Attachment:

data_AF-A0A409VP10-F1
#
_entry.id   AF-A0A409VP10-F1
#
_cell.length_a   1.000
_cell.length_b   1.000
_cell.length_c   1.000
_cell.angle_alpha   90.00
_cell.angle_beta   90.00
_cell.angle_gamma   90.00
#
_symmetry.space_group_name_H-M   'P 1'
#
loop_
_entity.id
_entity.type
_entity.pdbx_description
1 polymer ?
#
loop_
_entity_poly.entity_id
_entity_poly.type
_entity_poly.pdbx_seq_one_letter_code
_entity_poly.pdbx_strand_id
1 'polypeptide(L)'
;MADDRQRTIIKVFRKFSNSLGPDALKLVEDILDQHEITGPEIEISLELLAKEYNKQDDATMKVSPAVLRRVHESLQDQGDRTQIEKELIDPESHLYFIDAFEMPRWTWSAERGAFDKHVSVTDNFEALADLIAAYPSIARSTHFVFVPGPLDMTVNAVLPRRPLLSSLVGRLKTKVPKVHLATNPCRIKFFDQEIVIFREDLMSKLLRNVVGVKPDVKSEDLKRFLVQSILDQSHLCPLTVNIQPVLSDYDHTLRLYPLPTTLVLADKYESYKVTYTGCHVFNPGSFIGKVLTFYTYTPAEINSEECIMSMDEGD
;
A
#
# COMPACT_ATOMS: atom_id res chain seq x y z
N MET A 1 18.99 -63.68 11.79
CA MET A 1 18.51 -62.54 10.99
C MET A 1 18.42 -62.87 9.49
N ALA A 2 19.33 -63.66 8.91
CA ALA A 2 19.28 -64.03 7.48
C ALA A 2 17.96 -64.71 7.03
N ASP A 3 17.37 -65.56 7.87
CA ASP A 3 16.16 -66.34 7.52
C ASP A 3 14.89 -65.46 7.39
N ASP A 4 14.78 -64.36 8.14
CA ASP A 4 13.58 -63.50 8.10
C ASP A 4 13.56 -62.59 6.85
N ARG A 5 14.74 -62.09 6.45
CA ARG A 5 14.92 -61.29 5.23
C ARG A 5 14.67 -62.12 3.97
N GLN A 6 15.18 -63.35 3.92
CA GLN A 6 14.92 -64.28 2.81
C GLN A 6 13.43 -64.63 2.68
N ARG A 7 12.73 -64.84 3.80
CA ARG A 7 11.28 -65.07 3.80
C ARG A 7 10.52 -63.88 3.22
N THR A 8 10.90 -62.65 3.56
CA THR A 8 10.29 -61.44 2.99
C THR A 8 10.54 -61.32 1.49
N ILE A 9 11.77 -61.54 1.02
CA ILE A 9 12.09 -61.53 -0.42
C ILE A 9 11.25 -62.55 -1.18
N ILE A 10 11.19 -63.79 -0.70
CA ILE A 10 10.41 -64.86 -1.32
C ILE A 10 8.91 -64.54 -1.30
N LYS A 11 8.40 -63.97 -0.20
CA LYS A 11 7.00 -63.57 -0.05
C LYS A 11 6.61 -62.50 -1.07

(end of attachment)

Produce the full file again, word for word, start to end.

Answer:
data_AF-A0A409VP10-F1
#
_entry.id   AF-A0A409VP10-F1
#
_cell.length_a   1.000
_cell.length_b   1.000
_cell.length_c   1.000
_cell.angle_alpha   90.00
_cell.angle_beta   90.00
_cell.angle_gamma   90.00
#
_symmetry.space_group_name_H-M   'P 1'
#
loop_
_entity.id
_entity.type
_entity.pdbx_description
1 polymer ?
#
loop_
_entity_poly.entity_id
_entity_poly.type
_entity_poly.pdbx_seq_one_letter_code
_entity_poly.pdbx_strand_id
1 'polypeptide(L)'
;MADDRQRTIIKVFRKFSNSLGPDALKLVEDILDQHEITGPEIEISLELLAKEYNKQDDATMKVSPAVLRRVHESLQDQGDRTQIEKELIDPESHLYFIDAFEMPRWTWSAERGAFDKHVSVTDNFEALADLIAAYPSIARSTHFVFVPGPLDMTVNAVLPRRPLLSSLVGRLKTKVPKVHLATNPCRIKFFDQEIVIFREDLMSKLLRNVVGVKPDVKSEDLKRFLVQSILDQSHLCPLTVNIQPVLSDYDHTLRLYPLPTTLVLADKYESYKVTYTGCHVFNPGSFIGKVLTFYTYTPAEINSEECIMSMDEGD
;
A
#
# COMPACT_ATOMS: atom_id res chain seq x y z
N MET A 1 18.99 -63.68 11.79
CA MET A 1 18.51 -62.54 10.99
C MET A 1 18.42 -62.87 9.49
N ALA A 2 19.33 -63.66 8.91
CA ALA A 2 19.28 -64.03 7.48
C ALA A 2 17.96 -64.71 7.03
N ASP A 3 17.37 -65.56 7.87
CA ASP A 3 16.16 -66.34 7.52
C ASP A 3 14.89 -65.46 7.39
N ASP A 4 14.78 -64.36 8.14
CA ASP A 4 13.58 -63.50 8.10
C ASP A 4 13.56 -62.59 6.85
N ARG A 5 14.74 -62.09 6.45
CA ARG A 5 14.92 -61.29 5.23
C ARG A 5 14.67 -62.12 3.97
N GLN A 6 15.18 -63.35 3.92
CA GLN A 6 14.92 -64.28 2.81
C GLN A 6 13.43 -64.63 2.68
N ARG A 7 12.73 -64.84 3.80
CA ARG A 7 11.28 -65.07 3.80
C ARG A 7 10.52 -63.88 3.22
N THR A 8 10.90 -62.65 3.56
CA THR A 8 10.29 -61.44 2.99
C THR A 8 10.54 -61.32 1.49
N ILE A 9 11.77 -61.54 1.02
CA ILE A 9 12.09 -61.53 -0.42
C ILE A 9 11.25 -62.55 -1.18
N ILE A 10 11.19 -63.79 -0.70
CA ILE A 10 10.41 -64.86 -1.32
C ILE A 10 8.91 -64.54 -1.30
N LYS A 11 8.40 -63.97 -0.20
CA LYS A 11 7.00 -63.57 -0.05
C LYS A 11 6.61 -62.50 -1.07